- Walnuts or pine nuts (or a mix of both)
- Nutritional yeast to replace the cheesiness of Parmesan
- Lemon juice for a little zing
- Olive oil to add a silky texture
How to make wild garlic pesto
See recipe notes for tips on responsible foraging and how to prepare wild garlic.
To a food processor, add the wild garlic leaves, walnuts, nutritional yeast, lemon juice, and olive oil.
Blend into a paste, stopping once or twice to scrape down the sides with a spatula or spoon.
Season with salt and pepper, add a few tablespoons of water, and blend to loosen up the paste. Continue adding small amounts of water and blending until you have the desired consistency.
Adjust the seasoning to taste.
Transfer to a clean jar and top with a thin layer of oil.
The pesto should keep well in the fridge for up to two weeks.
Ways to use wild garlic pesto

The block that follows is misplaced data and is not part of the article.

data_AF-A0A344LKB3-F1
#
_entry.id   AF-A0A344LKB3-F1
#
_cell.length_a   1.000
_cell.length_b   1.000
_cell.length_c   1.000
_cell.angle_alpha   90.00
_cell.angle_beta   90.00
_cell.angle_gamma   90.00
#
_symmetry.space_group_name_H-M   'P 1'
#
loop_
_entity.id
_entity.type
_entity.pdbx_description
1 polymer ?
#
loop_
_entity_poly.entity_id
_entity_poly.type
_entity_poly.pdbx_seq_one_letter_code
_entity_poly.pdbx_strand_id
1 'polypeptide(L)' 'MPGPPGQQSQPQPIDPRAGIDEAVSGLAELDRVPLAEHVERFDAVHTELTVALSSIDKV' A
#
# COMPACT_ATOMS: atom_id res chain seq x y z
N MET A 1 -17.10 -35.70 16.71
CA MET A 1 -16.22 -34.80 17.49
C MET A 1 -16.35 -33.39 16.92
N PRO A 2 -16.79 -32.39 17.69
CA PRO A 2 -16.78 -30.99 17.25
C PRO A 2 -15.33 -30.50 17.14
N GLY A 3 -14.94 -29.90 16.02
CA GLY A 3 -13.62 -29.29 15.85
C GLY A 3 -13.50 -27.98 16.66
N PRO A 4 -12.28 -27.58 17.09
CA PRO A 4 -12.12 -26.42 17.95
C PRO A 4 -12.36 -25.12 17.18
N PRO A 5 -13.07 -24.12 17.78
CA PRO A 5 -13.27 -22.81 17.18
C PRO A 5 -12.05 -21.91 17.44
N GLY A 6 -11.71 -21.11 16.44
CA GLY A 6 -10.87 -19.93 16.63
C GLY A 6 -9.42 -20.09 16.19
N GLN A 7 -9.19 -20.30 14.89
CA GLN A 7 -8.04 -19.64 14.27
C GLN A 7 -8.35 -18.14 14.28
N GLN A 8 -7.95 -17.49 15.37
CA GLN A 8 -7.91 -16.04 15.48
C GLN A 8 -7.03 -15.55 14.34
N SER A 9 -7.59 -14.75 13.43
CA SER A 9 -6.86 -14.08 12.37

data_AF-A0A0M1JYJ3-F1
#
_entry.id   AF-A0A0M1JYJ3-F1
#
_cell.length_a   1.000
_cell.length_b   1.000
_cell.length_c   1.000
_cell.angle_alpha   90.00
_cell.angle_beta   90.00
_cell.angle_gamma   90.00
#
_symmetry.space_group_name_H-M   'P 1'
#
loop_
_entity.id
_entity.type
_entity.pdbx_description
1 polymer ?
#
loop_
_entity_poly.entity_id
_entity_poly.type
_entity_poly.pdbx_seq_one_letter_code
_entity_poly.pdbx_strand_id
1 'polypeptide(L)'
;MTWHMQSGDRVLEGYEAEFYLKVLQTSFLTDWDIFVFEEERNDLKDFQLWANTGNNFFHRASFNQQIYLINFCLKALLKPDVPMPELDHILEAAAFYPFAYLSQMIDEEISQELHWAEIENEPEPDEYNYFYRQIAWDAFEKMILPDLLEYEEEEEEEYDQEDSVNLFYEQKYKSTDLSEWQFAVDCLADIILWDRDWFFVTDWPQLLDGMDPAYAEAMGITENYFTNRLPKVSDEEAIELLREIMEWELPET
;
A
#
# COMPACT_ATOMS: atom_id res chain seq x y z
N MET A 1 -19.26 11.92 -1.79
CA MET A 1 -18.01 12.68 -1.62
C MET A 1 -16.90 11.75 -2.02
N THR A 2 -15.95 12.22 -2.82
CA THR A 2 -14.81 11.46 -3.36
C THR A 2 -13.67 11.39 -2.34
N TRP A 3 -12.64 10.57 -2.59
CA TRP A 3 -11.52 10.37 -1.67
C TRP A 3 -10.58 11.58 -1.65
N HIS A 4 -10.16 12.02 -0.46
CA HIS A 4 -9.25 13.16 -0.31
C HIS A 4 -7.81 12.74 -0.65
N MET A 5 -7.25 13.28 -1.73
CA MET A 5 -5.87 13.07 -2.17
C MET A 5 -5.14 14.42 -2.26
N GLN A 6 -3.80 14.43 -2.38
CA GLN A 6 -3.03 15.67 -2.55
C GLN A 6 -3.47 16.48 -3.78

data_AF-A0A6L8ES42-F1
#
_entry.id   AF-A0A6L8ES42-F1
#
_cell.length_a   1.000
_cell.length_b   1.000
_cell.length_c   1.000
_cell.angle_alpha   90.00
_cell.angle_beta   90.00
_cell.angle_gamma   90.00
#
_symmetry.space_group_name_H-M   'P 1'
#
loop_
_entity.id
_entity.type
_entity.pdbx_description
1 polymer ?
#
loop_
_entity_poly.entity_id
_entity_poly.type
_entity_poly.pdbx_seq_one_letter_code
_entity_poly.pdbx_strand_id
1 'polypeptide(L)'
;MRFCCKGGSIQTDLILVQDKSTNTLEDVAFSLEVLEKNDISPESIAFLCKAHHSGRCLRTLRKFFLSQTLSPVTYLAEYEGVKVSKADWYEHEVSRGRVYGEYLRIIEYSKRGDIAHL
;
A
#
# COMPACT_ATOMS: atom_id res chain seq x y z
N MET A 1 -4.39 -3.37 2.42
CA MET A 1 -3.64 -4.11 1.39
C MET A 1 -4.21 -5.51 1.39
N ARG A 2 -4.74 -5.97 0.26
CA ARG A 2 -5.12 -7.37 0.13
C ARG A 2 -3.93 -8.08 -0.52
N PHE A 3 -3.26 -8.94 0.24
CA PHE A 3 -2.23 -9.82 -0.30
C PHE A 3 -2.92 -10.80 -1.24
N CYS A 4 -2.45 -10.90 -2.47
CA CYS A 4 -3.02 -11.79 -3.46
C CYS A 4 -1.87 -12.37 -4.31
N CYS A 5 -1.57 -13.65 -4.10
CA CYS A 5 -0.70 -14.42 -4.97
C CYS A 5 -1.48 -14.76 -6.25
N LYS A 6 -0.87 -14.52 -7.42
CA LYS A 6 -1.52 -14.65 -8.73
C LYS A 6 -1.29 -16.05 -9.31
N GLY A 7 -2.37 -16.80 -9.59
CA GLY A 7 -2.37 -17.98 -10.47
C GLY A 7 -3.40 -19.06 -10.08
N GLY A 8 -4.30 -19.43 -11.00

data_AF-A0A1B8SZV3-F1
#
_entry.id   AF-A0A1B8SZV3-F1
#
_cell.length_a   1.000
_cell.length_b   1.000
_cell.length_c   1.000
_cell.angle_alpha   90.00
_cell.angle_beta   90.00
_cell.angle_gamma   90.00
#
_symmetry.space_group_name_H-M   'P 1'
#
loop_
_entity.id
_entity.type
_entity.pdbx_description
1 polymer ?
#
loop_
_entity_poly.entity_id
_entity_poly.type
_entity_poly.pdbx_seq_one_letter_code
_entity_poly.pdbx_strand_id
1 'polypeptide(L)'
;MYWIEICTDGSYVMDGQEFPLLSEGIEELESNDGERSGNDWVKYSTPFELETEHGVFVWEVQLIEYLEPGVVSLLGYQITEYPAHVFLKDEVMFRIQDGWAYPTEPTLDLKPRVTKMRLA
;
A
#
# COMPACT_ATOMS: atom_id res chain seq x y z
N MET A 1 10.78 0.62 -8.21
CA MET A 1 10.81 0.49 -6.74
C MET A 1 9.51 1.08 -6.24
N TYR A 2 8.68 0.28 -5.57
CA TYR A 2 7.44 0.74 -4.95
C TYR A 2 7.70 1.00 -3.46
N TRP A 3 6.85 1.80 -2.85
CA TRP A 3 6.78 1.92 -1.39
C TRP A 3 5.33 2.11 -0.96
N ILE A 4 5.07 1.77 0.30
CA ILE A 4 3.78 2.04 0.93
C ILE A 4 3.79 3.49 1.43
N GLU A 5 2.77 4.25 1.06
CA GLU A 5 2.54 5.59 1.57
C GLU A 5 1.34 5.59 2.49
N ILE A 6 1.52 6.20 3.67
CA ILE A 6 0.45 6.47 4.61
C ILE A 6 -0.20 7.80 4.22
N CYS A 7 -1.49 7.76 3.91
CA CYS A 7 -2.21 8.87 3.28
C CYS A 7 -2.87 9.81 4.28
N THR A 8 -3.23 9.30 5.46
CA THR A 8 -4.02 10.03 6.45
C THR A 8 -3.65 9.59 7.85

- Pasta: The pesto is perfect mixed through freshly cooked pasta. I like it with pan-fried tofu (or tofu pancetta), mushrooms, broccoli, and cherry tomatoes. It would also be nice when combined with vegan cashew alfredo.
- Soup: Add a few teaspoons to soup when serving. It would be good with mushroom and tarragon soup or tomato and basil soup, but you'll find plenty of other ideas in my library of vegan soup recipes.
- Pizza: Add a few small dollops to pizza for an extra garlicky flavour.
- Dips: Try stirring it through hummus or lemony butter bean dip.
- Risotto: Add extra flavour to risotto when serving (see this smoked tofu risotto).
- Sandwiches, salads, dressings – the list goes on...
You certainly can! I tend to include some stems in the pesto, then save flowers for salads or as a garnish.
This should keep well in the fridge for up to two weeks. It helps to add a thin layer of oil on top of the pesto inside the jar.
You can store wild garlic pesto in the freezer for up to six months. Divide into the portion sizes you'll want, or freeze in ice cube trays before transferring to a resealable bag or container. Defrost thoroughly before using.
Variations and tips for wild garlic pesto
- Other nuts or seeds: You could replace the walnuts with anything like pine nuts, pumpkin seeds, or sunflower seeds. The texture and taste will vary slightly depending on what you use.